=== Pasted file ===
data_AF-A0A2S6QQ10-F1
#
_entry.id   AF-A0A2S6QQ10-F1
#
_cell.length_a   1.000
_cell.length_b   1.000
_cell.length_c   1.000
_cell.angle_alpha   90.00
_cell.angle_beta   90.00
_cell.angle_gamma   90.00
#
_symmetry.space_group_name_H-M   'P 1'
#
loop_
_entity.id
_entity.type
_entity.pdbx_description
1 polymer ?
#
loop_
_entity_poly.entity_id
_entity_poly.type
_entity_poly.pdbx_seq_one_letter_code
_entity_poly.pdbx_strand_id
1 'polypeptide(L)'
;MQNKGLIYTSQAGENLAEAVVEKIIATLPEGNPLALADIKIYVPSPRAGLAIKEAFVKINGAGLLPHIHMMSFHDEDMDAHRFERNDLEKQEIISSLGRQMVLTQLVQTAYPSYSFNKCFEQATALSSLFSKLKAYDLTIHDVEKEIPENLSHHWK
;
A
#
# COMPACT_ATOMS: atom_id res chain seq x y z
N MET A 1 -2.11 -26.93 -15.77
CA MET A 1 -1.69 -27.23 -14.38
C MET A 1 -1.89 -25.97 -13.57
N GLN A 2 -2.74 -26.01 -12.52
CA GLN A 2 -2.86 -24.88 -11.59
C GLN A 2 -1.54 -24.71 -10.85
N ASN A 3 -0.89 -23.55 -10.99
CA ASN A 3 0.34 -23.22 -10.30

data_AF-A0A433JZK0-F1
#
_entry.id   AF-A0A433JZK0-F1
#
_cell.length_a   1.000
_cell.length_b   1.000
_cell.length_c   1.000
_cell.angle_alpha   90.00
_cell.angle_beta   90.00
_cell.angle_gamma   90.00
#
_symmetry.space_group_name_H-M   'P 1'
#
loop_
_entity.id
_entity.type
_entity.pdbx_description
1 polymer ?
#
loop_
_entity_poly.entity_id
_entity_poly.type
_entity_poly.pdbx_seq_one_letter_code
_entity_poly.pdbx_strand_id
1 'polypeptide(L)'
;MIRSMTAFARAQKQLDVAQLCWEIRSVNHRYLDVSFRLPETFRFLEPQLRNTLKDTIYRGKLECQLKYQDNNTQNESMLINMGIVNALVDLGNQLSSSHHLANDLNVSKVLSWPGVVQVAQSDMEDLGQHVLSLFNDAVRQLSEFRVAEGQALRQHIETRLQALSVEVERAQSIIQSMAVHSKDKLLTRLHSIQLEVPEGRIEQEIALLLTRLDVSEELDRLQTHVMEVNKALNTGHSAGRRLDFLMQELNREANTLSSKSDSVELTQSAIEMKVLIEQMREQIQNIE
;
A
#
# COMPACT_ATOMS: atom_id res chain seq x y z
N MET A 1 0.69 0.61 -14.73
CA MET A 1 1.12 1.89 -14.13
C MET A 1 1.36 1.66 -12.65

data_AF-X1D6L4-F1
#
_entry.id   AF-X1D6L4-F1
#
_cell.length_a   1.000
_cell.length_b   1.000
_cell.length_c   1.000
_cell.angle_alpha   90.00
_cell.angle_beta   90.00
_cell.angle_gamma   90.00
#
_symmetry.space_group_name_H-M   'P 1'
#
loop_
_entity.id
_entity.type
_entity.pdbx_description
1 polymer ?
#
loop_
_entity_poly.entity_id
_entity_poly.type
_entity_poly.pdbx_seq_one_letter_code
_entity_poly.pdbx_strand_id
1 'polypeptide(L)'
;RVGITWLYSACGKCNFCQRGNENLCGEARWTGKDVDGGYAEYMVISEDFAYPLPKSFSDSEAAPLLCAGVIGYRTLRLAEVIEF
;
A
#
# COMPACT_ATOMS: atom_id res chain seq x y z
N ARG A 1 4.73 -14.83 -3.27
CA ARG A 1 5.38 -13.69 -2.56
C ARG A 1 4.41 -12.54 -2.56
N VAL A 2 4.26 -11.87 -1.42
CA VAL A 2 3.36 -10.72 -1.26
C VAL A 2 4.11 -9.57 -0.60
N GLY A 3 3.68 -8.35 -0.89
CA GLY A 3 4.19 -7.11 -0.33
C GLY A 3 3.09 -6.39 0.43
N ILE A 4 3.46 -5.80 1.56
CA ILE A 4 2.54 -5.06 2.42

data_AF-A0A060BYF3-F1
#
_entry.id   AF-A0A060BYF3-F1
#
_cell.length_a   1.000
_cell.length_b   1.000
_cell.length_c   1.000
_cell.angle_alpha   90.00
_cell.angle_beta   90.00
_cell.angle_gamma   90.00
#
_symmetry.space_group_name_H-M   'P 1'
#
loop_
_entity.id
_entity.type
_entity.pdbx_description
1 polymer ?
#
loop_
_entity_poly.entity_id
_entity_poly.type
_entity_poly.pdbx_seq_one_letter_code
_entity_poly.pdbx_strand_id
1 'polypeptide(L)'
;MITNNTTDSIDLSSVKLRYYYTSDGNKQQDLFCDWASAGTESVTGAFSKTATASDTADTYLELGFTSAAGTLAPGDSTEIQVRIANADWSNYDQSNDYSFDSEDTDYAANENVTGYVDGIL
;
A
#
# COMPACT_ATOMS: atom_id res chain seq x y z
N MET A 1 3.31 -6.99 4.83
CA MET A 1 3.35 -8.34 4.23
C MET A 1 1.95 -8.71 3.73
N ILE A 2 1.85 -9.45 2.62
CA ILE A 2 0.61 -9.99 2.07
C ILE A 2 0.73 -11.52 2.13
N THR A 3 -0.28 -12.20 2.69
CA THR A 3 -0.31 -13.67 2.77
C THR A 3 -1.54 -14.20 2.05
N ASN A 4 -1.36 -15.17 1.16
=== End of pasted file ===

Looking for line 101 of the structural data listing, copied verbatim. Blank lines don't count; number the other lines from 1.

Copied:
# COMPACT_ATOMS: atom_id res chain seq x y z